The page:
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The Power of Purposeful Design

Purposeful design simply means we design our spaces on purpose, with elements that feel warm while functioning as a stimulant for cognitive ability and independence. With the right cues and programming, we see residents engage in the experience of their choice, which leads to an improved quality of life.

Here are just a few ways we incorporate purposeful design at Maplewood Senior Living.

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What’s the Latest News in Dementia Research?

Jason Richardson, MS, Ph.D., DABT

Maplewood Senior Living, in partnership with the Alzheimer’s Association, Benjamin Rose Institute on Aging, and Northeast Ohio Medical University (NEOMED), will be hosting a dementia research and caregiving symposium on September 29th from 9:00 AM to 2:00 PM at Holiday Inn, 6001 Rockside Road, Independence, Ohio. The event is specifically designed for both family members and caregivers and will feature renowned experts who will discuss the latest trends in Alzheimer’s and dementia care. In addition, the symposium will focus on managing caregiving responsibilities.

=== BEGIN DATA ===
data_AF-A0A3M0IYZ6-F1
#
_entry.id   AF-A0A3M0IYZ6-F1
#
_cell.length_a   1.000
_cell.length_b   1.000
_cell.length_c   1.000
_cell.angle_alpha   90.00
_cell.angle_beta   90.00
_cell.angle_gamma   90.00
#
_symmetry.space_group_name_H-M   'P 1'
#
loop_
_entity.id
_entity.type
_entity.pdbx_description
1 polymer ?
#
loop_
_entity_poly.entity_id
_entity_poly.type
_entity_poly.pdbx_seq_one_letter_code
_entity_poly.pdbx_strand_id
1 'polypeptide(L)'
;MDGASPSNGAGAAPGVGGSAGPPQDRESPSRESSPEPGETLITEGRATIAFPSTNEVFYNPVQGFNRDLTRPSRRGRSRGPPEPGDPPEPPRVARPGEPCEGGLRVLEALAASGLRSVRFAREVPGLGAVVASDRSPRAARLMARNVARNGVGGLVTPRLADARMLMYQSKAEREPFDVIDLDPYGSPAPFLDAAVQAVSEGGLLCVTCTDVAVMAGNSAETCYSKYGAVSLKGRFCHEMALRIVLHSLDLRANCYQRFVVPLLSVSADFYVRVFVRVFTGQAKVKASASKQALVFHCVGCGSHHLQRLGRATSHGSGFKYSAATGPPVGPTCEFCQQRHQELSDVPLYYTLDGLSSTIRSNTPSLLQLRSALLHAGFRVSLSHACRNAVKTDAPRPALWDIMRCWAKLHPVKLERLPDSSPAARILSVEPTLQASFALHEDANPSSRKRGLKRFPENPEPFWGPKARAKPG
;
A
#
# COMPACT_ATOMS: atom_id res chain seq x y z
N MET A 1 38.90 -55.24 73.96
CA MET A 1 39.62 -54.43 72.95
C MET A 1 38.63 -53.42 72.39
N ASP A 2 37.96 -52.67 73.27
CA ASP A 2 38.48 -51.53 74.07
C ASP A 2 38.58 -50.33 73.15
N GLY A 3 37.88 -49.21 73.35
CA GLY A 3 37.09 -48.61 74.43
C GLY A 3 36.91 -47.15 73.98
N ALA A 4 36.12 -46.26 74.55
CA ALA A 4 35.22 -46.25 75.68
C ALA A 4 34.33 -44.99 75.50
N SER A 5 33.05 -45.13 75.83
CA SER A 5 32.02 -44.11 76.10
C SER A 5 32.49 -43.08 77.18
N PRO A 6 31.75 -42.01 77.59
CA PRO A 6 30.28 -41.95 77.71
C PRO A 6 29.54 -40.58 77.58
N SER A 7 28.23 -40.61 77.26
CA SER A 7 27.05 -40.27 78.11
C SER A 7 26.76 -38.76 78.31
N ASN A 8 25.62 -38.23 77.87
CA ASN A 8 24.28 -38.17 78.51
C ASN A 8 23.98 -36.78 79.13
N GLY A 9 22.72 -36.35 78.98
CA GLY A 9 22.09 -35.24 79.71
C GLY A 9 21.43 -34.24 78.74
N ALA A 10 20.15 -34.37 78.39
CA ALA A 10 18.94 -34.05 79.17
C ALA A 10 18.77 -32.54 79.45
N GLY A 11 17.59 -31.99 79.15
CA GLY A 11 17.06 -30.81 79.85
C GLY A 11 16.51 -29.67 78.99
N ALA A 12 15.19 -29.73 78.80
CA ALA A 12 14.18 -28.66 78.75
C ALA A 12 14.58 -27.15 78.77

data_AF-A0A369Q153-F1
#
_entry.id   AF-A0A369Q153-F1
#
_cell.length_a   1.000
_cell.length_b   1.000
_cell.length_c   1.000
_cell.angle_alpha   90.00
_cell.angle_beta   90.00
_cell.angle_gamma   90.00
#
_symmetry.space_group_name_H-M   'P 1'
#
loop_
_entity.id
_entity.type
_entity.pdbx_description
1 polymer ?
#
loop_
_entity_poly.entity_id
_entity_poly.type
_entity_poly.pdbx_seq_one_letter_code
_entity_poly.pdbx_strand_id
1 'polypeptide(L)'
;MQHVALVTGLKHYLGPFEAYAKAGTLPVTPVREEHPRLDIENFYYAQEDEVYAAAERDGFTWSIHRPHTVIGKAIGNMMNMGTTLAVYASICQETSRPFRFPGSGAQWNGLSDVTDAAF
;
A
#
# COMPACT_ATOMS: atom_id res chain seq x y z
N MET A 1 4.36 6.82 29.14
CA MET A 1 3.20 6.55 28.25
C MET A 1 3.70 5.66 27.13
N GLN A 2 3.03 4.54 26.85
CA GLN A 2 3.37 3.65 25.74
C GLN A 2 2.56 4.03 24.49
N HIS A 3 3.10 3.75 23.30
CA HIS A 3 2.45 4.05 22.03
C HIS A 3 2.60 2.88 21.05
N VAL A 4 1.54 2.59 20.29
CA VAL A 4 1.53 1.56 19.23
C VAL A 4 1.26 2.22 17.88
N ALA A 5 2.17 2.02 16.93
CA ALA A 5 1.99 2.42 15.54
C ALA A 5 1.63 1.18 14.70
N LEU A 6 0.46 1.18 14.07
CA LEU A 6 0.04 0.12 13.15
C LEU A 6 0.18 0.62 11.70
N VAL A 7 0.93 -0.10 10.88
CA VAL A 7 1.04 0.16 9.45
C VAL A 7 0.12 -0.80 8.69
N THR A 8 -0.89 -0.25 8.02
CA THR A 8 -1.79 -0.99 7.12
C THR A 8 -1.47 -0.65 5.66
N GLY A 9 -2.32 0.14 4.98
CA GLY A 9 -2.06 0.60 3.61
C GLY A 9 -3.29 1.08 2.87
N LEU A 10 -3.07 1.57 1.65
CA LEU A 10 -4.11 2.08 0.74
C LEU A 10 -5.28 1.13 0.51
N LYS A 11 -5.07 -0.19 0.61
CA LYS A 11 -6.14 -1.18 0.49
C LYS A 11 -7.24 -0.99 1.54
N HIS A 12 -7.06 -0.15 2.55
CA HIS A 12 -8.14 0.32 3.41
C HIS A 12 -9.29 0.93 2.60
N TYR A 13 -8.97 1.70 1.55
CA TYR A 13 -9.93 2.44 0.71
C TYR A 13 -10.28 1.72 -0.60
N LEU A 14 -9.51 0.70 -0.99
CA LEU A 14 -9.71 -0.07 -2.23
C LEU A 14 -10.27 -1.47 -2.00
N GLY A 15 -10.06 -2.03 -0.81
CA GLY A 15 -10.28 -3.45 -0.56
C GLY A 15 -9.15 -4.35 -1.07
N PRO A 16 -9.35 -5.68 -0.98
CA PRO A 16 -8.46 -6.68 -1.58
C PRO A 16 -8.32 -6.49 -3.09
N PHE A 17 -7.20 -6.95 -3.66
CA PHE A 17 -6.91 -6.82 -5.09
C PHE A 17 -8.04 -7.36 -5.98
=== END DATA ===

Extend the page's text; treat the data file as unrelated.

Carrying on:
Jason Richardson, Ph.D., Director of Neurodegenerative Disease and Aging Research Focus Area, Acting Associate Dean for Research College of Pharmacy and Professor of Pharmaceutical Sciences at NEOMED will be giving a keynote titled, “Industry Research and New Findings.”

I had the opportunity to talk with Dr. Richardson recently to get a sneak peek into his talk.